Gold Standards Framework Care Homes Training Programme

Categories: Education.

The National Gold Standard Framework Centre runs the GSF Care Homes Training Programme as a quality improvement change programme aimed at homes of all types and grades, not just focussing on improving the ‘good’ homes but also enabling those that struggle to develop real, sustainable, locally owned improvements. The GSF Centre welcomes applications from any home. In many areas, such as the North West, the choice of homes going forward for GSF training is dependent upon the list submitted by the local area commissioners or facilitators.

Having trained almost 50% of nursing homes in the country, GSF has developed a national momentum of best practice and raised the standards for all homes, thereby reducing inequity. We continue to work with care homes of all types, across the country, as illustrated by the many areas that have trained all the care homes in their locality or, indeed, some areas that have focussed our GSF training on the homes that are otherwise seen as ‘failing or struggling’ homes.

Many of the care homes in the North West that have done the Six Steps To Success programme, which uses some of the principles of GSF, later progress to the full GSF programme and go on to be accredited, seeing it a stepping stone towards GSF. The GSF Accreditation process and Quality Hallmark Award provide quality assurance and quality recognition which is well recognised by the CQC and commissioners, a key part of which is developing long-term sustainability and disseminated learning, throughout the whole care team.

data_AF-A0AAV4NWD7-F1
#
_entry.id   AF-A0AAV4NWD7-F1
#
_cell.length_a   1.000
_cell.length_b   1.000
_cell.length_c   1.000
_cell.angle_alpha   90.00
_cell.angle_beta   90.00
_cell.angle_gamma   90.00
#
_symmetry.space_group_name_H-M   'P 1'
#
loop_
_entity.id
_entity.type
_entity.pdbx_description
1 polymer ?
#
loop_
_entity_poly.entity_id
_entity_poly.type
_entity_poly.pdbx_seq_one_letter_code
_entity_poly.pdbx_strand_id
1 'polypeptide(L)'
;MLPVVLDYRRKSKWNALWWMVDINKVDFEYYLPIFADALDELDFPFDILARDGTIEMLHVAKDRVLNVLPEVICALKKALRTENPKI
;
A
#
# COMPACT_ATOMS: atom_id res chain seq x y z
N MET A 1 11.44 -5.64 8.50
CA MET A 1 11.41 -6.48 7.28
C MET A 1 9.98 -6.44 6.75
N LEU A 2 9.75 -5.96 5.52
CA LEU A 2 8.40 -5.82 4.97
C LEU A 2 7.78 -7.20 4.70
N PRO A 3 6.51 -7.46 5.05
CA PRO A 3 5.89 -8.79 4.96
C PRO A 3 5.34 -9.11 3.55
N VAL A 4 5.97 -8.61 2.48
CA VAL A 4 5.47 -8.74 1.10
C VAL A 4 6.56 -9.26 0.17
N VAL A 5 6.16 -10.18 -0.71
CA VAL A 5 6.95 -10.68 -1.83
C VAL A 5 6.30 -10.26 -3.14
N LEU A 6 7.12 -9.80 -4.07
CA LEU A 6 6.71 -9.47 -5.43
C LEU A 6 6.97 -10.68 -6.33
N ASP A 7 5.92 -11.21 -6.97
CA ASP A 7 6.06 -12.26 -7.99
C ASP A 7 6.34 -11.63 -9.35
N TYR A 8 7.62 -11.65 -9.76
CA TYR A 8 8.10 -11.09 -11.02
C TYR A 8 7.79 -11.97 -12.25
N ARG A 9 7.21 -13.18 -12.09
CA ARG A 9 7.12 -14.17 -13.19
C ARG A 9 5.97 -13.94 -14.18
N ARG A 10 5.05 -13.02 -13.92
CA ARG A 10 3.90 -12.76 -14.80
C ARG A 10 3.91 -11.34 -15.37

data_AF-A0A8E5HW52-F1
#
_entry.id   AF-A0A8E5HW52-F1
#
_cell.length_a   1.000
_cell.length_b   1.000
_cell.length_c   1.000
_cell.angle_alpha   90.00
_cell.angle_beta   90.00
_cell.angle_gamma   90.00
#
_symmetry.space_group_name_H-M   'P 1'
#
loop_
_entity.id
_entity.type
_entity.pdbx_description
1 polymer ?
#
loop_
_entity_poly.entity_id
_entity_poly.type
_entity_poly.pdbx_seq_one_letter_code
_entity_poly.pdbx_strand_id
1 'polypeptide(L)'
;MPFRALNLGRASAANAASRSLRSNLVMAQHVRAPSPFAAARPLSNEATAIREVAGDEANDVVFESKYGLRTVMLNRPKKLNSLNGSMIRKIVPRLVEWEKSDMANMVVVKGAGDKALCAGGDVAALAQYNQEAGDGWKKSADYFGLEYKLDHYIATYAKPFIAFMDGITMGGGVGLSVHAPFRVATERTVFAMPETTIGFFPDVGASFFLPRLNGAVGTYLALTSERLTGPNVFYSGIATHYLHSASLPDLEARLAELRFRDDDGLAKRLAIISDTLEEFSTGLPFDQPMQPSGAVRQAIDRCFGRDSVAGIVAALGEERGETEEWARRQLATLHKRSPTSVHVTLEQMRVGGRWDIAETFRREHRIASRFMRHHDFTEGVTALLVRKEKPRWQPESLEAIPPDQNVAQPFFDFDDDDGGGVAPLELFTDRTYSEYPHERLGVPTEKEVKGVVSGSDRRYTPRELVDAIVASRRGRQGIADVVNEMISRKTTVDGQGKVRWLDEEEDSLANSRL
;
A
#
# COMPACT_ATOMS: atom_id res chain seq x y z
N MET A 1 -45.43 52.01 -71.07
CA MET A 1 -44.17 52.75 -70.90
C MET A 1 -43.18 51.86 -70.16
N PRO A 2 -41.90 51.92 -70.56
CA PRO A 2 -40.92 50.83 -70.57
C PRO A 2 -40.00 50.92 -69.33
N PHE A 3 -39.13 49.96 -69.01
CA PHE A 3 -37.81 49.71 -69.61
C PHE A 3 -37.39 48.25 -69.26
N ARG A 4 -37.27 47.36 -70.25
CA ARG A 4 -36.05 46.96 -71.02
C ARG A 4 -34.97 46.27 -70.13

There are very real difficulties faced by many care homes, and GSF does require a consistently high standard that can be a challenge for some to achieve. So, in response to requests to develop an intermediate stage or ‘GSF for beginners’ for such homes, The GSF Centre has developed a new GSF Care Homes Foundation Level Training Programme, currently being piloted in 40 homes in Nottinghamshire with the prospect of most progressing to the full programme.

There is increasing recognition of the valuable role care homes play in the care of frail elderly people, and the importance of providing quality end of life care. But this needs to be real and sustainable for the home. They need encouragement and support to own and embed the culture changes and practicalities of the GSF programme to ensure long-term sustainability, as evidenced by the increasing numbers of reaccredited GSF care homes. Shorter-term improvements might be quicker to implement but are less sustainable long-term and less likely to lead to the culture changes described by many GSF care homes.

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